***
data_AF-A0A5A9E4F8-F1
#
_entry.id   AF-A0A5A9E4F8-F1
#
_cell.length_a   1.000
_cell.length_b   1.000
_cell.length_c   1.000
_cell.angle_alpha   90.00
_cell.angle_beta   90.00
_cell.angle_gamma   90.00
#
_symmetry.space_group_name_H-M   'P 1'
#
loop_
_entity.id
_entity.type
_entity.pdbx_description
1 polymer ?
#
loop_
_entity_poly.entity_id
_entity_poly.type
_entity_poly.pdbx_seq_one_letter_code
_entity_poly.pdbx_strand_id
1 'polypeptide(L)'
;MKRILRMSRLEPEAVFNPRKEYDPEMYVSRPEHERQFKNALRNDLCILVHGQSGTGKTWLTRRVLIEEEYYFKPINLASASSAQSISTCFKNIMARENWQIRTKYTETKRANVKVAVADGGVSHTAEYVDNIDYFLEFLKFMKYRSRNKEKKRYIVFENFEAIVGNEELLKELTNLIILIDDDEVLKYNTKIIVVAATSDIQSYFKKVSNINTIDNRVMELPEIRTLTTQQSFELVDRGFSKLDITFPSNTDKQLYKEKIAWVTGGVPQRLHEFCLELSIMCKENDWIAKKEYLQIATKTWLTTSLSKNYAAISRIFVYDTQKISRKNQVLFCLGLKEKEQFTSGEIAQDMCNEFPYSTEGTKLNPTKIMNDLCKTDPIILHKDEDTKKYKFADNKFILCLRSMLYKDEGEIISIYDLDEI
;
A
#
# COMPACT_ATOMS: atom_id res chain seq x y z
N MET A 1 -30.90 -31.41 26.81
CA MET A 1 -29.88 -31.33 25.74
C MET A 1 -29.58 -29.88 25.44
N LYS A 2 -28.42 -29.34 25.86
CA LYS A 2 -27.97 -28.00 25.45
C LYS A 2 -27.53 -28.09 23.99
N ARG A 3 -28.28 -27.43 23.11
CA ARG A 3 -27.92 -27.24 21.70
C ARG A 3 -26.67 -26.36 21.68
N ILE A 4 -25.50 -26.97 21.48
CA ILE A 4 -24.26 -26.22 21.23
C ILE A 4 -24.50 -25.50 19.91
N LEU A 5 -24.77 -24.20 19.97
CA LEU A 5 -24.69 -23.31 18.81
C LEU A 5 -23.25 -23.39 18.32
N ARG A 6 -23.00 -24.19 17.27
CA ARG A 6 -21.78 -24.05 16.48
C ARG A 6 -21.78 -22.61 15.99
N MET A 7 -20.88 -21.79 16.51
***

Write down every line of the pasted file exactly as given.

data_AF-A0A5A9E4F8-F1
#
_entry.id   AF-A0A5A9E4F8-F1
#
_cell.length_a   1.000
_cell.length_b   1.000
_cell.length_c   1.000
_cell.angle_alpha   90.00
_cell.angle_beta   90.00
_cell.angle_gamma   90.00
#
_symmetry.space_group_name_H-M   'P 1'
#
loop_
_entity.id
_entity.type
_entity.pdbx_description
1 polymer ?
#
loop_
_entity_poly.entity_id
_entity_poly.type
_entity_poly.pdbx_seq_one_letter_code
_entity_poly.pdbx_strand_id
1 'polypeptide(L)'
;MKRILRMSRLEPEAVFNPRKEYDPEMYVSRPEHERQFKNALRNDLCILVHGQSGTGKTWLTRRVLIEEEYYFKPINLASASSAQSISTCFKNIMARENWQIRTKYTETKRANVKVAVADGGVSHTAEYVDNIDYFLEFLKFMKYRSRNKEKKRYIVFENFEAIVGNEELLKELTNLIILIDDDEVLKYNTKIIVVAATSDIQSYFKKVSNINTIDNRVMELPEIRTLTTQQSFELVDRGFSKLDITFPSNTDKQLYKEKIAWVTGGVPQRLHEFCLELSIMCKENDWIAKKEYLQIATKTWLTTSLSKNYAAISRIFVYDTQKISRKNQVLFCLGLKEKEQFTSGEIAQDMCNEFPYSTEGTKLNPTKIMNDLCKTDPIILHKDEDTKKYKFADNKFILCLRSMLYKDEGEIISIYDLDEI
;
A
#
# COMPACT_ATOMS: atom_id res chain seq x y z
N MET A 1 -30.90 -31.41 26.81
CA MET A 1 -29.88 -31.33 25.74
C MET A 1 -29.58 -29.88 25.44
N LYS A 2 -28.42 -29.34 25.86
CA LYS A 2 -27.97 -28.00 25.45
C LYS A 2 -27.53 -28.09 23.99
N ARG A 3 -28.28 -27.43 23.11
CA ARG A 3 -27.92 -27.24 21.70
C ARG A 3 -26.67 -26.36 21.68
N ILE A 4 -25.50 -26.97 21.48
CA ILE A 4 -24.26 -26.22 21.23
C ILE A 4 -24.50 -25.50 19.91
N LEU A 5 -24.77 -24.20 19.97
CA LEU A 5 -24.69 -23.31 18.81
C LEU A 5 -23.25 -23.39 18.32
N ARG A 6 -23.00 -24.19 17.27
CA ARG A 6 -21.78 -24.05 16.48
C ARG A 6 -21.78 -22.61 15.99
N MET A 7 -20.88 -21.79 16.51